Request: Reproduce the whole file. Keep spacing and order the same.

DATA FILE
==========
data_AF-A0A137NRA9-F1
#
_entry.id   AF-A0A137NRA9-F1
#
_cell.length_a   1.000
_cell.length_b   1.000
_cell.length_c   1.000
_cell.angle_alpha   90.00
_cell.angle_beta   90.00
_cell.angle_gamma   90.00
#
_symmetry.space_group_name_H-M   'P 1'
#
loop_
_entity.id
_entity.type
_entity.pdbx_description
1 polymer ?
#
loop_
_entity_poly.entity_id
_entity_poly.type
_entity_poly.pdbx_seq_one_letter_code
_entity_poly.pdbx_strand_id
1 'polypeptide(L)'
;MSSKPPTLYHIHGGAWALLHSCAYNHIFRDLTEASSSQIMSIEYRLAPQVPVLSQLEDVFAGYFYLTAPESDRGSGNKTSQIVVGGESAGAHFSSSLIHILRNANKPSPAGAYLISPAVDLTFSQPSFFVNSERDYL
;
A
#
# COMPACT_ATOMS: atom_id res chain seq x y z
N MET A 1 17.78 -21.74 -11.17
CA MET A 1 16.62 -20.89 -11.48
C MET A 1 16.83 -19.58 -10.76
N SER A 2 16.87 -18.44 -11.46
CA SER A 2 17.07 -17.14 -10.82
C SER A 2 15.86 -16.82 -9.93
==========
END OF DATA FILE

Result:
data_AF-A0A137NRA9-F1
#
_entry.id   AF-A0A137NRA9-F1
#
_cell.length_a   1.000
_cell.length_b   1.000
_cell.length_c   1.000
_cell.angle_alpha   90.00
_cell.angle_beta   90.00
_cell.angle_gamma   90.00
#
_symmetry.space_group_name_H-M   'P 1'
#
loop_
_entity.id
_entity.type
_entity.pdbx_description
1 polymer ?
#
loop_
_entity_poly.entity_id
_entity_poly.type
_entity_poly.pdbx_seq_one_letter_code
_entity_poly.pdbx_strand_id
1 'polypeptide(L)'
;MSSKPPTLYHIHGGAWALLHSCAYNHIFRDLTEASSSQIMSIEYRLAPQVPVLSQLEDVFAGYFYLTAPESDRGSGNKTSQIVVGGESAGAHFSSSLIHILRNANKPSPAGAYLISPAVDLTFSQPSFFVNSERDYL
;
A
#
# COMPACT_ATOMS: atom_id res chain seq x y z
N MET A 1 17.78 -21.74 -11.17
CA MET A 1 16.62 -20.89 -11.48
C MET A 1 16.83 -19.58 -10.76
N SER A 2 16.87 -18.44 -11.46
CA SER A 2 17.07 -17.14 -10.82
C SER A 2 15.86 -16.82 -9.93